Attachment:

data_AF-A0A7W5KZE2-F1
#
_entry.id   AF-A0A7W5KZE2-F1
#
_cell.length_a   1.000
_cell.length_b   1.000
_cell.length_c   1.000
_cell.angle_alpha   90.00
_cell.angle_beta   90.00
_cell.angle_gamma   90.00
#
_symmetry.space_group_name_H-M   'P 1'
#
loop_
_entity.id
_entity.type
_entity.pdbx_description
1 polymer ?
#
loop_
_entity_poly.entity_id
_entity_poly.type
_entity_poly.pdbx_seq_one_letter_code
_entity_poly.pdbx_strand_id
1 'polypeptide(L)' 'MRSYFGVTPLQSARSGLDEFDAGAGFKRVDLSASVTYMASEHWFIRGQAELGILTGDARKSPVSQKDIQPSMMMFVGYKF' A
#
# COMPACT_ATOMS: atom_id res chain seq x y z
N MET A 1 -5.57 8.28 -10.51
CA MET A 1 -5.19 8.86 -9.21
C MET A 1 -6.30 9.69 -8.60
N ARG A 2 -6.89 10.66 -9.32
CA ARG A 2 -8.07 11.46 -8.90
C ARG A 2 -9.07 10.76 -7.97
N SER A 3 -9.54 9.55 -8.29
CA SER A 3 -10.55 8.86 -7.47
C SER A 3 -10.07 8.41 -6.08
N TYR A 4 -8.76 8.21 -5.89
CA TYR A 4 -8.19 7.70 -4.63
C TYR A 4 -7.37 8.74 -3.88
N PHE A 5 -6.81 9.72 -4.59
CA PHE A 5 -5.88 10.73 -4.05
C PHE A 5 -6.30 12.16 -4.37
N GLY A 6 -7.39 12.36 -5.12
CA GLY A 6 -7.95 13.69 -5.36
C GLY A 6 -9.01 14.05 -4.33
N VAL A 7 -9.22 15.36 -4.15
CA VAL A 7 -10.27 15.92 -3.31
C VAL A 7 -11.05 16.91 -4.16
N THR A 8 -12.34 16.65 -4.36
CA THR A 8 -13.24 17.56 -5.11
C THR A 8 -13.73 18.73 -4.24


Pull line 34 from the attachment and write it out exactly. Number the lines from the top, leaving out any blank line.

N SER A 3 -9.54 9.55 -8.29